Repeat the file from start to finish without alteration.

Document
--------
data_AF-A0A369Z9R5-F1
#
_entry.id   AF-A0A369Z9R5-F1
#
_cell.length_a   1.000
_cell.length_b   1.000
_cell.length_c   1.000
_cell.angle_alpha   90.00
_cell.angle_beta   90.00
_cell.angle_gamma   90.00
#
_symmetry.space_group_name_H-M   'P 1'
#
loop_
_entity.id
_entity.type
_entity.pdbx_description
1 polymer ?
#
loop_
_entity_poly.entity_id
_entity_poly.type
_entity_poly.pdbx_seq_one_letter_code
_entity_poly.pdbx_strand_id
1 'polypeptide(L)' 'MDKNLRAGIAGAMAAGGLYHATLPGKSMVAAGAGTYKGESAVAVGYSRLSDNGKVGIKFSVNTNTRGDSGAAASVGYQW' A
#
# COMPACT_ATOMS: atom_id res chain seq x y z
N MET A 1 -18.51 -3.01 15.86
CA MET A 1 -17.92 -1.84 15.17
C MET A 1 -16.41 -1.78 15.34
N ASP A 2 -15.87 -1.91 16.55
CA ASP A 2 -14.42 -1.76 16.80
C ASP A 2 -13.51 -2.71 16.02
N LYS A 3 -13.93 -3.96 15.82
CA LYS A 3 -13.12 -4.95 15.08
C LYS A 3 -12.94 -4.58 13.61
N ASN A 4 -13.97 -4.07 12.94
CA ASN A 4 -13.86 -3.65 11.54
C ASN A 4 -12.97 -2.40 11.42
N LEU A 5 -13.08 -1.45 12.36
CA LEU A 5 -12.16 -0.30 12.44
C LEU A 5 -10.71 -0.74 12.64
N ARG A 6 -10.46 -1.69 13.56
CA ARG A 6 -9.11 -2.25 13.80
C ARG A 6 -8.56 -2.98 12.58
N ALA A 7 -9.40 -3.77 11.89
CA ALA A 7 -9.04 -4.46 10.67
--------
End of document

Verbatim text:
data_AF-A0A369Z9R5-F1
#
_entry.id   AF-A0A369Z9R5-F1
#
_cell.length_a   1.000
_cell.length_b   1.000
_cell.length_c   1.000
_cell.angle_alpha   90.00
_cell.angle_beta   90.00
_cell.angle_gamma   90.00
#
_symmetry.space_group_name_H-M   'P 1'
#
loop_
_entity.id
_entity.type
_entity.pdbx_description
1 polymer ?
#
loop_
_entity_poly.entity_id
_entity_poly.type
_entity_poly.pdbx_seq_one_letter_code
_entity_poly.pdbx_strand_id
1 'polypeptide(L)' 'MDKNLRAGIAGAMAAGGLYHATLPGKSMVAAGAGTYKGESAVAVGYSRLSDNGKVGIKFSVNTNTRGDSGAAASVGYQW' A
#
# COMPACT_ATOMS: atom_id res chain seq x y z
N MET A 1 -18.51 -3.01 15.86
CA MET A 1 -17.92 -1.84 15.17
C MET A 1 -16.41 -1.78 15.34
N ASP A 2 -15.87 -1.91 16.55
CA ASP A 2 -14.42 -1.76 16.80
C ASP A 2 -13.51 -2.71 16.02
N LYS A 3 -13.93 -3.96 15.82
CA LYS A 3 -13.12 -4.95 15.08
C LYS A 3 -12.94 -4.58 13.61
N ASN A 4 -13.97 -4.07 12.94
CA ASN A 4 -13.86 -3.65 11.54
C ASN A 4 -12.97 -2.40 11.42
N LEU A 5 -13.08 -1.45 12.36
CA LEU A 5 -12.16 -0.30 12.44
C LEU A 5 -10.71 -0.74 12.64
N ARG A 6 -10.46 -1.69 13.56
CA ARG A 6 -9.11 -2.25 13.80
C ARG A 6 -8.56 -2.98 12.58
N ALA A 7 -9.40 -3.77 11.89
CA ALA A 7 -9.04 -4.46 10.67